Ballyheane is an attractive village situated 6km south of Castlebar on the N84 to Galway.
Located in the midst of a drumlin belt, the hills and hollows left by the glaciers make an interesting varied landscape, which has been left untouched and unspoilt over the years.
Walking enthusiasts can enjoy the beauty of the area as they stroll along rural laneways displaying natural habitats untouched for centuries and alive with birdsong, flora and fauna.
Ballyheane has a number of rivers and lakes which provide opportunities for the dedicated angler.
'Ballyheane' (Béal Átha hÉin) translates as 'the Mouth of the Ford of the Bird', perhaps referring to the shape of the river itself.
The area hosts a proud heritage and many historic ruins in the locality are testament to this.
The old graveyard in the centre of the village features an interesting old ruin called 'Teampall na gCailleachadh Dubha', 'The Temple or Church of the Nuns' and also the ruins of an eleventh century church. The Peyton vault commemorates the local landlord family.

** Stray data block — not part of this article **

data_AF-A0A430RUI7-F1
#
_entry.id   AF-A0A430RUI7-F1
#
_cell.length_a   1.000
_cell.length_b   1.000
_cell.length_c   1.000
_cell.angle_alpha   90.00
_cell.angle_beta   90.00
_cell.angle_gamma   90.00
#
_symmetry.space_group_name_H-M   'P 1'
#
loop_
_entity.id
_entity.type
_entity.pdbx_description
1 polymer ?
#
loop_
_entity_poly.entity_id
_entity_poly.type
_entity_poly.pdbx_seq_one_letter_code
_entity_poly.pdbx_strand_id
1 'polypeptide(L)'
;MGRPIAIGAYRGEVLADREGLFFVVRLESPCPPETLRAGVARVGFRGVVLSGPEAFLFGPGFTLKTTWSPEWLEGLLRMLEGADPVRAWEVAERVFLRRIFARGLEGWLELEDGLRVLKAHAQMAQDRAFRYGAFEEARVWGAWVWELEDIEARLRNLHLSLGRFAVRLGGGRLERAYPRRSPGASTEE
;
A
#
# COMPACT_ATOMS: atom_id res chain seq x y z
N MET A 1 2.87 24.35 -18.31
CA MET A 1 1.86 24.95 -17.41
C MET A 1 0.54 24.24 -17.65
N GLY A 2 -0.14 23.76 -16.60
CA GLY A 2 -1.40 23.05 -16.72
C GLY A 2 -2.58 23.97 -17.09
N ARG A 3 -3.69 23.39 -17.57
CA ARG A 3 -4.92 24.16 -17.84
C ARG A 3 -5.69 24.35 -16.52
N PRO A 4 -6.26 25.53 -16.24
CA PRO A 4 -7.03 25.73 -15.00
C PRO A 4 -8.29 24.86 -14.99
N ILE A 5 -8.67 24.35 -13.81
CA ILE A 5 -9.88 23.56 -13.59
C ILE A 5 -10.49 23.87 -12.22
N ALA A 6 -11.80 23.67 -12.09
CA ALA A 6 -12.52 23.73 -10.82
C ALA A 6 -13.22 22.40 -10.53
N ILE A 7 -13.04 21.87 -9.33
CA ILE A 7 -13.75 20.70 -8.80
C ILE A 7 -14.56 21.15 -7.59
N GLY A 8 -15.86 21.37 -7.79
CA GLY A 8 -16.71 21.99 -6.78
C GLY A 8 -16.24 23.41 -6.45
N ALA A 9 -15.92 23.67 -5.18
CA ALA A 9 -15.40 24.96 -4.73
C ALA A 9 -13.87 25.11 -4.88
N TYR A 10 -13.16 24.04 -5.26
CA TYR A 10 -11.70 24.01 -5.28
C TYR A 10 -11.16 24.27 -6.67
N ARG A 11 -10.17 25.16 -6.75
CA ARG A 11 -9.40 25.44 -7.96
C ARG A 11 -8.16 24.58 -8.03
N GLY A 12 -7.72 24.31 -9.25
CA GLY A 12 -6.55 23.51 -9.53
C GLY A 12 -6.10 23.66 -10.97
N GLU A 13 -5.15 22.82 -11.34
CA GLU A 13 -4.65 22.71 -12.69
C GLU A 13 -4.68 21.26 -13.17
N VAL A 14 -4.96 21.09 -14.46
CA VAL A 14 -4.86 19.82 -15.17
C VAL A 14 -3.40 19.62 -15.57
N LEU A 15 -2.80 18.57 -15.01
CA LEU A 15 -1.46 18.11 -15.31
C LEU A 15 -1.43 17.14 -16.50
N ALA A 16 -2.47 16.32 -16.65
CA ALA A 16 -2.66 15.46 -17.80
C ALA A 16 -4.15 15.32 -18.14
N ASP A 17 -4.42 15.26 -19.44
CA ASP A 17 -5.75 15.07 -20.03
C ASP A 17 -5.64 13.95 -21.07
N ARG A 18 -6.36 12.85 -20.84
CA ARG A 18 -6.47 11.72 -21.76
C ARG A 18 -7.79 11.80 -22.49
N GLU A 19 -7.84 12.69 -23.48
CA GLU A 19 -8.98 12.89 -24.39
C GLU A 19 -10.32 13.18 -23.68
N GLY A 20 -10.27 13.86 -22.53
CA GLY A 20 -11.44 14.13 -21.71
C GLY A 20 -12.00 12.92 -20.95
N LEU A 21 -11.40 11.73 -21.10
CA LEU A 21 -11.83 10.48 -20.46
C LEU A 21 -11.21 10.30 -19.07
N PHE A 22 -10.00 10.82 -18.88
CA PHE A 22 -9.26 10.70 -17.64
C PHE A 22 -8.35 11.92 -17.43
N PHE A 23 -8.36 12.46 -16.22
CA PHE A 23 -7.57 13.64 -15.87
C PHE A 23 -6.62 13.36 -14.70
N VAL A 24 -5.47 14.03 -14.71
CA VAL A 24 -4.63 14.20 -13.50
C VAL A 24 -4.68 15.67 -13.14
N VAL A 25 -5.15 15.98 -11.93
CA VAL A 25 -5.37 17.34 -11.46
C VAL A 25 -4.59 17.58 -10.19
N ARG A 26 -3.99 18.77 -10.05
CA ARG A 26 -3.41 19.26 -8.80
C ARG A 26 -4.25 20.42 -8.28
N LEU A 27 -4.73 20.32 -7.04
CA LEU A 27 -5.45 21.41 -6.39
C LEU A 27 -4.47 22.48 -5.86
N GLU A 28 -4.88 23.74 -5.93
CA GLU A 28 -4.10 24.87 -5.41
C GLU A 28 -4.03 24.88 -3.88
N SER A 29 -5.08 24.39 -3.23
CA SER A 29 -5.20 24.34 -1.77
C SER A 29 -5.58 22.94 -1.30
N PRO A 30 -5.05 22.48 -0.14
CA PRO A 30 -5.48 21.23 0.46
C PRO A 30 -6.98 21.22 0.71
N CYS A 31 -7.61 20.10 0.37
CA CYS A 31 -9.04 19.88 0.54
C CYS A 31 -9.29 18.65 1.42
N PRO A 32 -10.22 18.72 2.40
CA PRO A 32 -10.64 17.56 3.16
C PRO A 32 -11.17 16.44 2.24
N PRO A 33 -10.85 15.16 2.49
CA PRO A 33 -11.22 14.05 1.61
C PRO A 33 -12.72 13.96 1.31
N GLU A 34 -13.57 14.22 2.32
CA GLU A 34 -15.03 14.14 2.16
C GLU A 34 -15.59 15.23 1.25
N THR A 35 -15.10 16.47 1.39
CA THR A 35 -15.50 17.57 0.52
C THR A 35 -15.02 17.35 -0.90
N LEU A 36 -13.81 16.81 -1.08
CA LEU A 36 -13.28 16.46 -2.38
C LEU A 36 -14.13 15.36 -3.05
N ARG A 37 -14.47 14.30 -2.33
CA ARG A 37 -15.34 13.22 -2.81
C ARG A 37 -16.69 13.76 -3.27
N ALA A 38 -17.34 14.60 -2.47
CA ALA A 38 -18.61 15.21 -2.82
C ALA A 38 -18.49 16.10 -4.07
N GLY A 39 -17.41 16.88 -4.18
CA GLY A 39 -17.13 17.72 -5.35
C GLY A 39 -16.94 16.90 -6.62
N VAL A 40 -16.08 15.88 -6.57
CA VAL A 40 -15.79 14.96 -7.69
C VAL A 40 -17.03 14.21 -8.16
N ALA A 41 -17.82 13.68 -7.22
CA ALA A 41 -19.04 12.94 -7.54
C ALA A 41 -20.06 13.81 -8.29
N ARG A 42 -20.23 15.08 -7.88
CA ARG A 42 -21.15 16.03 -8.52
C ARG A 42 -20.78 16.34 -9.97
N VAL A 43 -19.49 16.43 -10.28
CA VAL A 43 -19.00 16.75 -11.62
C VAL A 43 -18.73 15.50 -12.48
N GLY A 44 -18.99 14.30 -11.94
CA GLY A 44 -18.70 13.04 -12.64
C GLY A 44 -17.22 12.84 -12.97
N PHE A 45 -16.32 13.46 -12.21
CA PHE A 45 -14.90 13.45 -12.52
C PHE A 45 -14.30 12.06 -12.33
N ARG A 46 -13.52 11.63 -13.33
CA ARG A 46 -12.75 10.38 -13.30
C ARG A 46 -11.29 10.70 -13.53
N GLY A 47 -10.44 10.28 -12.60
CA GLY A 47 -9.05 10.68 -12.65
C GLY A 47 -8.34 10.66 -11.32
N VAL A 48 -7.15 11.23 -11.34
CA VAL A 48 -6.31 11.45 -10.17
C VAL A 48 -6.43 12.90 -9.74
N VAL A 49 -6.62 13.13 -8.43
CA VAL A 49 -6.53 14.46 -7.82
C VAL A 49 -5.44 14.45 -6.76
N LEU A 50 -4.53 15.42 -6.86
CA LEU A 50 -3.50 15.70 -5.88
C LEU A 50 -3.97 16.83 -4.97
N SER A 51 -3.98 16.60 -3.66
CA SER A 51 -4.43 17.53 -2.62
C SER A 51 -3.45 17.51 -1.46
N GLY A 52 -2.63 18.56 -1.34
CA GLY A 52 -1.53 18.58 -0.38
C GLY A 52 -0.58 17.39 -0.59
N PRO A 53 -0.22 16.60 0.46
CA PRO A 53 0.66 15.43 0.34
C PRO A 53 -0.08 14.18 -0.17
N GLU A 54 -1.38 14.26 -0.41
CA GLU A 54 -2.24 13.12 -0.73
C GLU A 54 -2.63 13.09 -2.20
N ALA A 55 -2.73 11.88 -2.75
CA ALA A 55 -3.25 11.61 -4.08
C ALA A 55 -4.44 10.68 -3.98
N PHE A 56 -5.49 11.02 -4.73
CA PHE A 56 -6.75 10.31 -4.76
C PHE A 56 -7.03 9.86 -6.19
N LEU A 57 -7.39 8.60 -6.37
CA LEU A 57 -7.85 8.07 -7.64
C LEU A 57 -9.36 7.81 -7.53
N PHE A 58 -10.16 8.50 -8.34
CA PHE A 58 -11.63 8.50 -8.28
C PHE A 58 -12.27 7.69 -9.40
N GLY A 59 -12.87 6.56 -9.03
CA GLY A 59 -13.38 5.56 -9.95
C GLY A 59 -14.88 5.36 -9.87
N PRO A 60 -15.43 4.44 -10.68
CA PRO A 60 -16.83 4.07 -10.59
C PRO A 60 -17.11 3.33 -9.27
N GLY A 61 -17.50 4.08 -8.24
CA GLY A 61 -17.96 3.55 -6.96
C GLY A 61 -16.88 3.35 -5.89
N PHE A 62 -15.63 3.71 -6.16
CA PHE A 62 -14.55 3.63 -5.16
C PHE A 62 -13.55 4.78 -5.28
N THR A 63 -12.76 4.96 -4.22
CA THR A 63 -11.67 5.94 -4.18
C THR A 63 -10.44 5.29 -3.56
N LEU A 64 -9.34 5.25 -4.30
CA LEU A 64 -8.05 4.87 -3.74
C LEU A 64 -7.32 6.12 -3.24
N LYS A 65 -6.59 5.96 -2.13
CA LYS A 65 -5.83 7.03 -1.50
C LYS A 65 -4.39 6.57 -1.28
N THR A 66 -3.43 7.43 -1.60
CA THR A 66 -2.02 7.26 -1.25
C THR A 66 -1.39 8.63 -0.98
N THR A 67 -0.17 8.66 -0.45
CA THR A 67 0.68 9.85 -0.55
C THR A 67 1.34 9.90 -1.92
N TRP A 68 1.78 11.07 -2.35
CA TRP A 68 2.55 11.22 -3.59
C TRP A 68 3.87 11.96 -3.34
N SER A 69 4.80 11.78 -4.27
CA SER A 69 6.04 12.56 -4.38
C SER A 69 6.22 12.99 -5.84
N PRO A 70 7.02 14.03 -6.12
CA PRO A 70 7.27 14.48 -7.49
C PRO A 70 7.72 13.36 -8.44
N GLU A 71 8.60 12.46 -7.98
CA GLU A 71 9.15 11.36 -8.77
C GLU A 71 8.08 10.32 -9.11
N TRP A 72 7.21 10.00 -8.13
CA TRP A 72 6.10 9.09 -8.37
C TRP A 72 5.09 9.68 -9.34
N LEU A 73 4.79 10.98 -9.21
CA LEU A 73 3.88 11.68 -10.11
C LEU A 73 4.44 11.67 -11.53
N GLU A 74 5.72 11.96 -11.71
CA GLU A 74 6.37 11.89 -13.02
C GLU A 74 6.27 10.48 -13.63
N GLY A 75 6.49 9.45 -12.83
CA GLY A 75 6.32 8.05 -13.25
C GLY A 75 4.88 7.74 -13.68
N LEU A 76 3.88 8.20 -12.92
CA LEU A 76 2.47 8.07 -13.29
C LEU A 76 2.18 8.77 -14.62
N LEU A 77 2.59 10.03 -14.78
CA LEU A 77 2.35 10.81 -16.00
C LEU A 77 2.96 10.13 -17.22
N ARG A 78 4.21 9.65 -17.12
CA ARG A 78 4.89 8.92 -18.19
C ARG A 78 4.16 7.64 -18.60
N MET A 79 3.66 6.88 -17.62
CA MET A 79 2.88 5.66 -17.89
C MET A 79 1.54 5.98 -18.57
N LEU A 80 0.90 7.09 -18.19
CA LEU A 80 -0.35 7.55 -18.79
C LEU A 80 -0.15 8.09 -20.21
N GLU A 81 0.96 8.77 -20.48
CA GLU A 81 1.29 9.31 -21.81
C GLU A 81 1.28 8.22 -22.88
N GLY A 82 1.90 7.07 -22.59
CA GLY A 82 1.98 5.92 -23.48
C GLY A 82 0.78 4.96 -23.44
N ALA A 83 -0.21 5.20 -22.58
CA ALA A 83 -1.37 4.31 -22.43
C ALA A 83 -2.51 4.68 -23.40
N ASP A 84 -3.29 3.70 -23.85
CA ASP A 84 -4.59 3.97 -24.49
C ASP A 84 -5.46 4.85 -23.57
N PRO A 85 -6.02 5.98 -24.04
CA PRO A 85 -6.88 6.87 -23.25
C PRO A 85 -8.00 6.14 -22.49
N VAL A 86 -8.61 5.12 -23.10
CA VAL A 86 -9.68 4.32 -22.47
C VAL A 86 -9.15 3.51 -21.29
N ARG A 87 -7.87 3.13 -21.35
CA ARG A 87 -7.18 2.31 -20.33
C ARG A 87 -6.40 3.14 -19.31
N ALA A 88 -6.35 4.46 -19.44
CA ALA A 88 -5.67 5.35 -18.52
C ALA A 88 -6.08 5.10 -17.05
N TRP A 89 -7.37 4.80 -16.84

South of Ballyheane are the ruins of the 13th century McEvilly Castle at Kinturk, stronghold of Grace O'Malley, the Pirate Queen.
The castle also has close links with the local Norman families, the Stauntons, McEvillys and De Burgos.
Errew meaning 'Arable Land' is noted for archaeological features such as forts and souterraines. The former Errew Monastery was home to the Franciscans. The monastery was established in 1879 as a boys' school which closed in 1975. The church in the monastery remained open until 1981. There are 22 Brothers buried in the monastery cemetery.
Nearby the Frenchill Monument was erected in memory of the French soldiers who lost their lives during the 1798 Rebellion.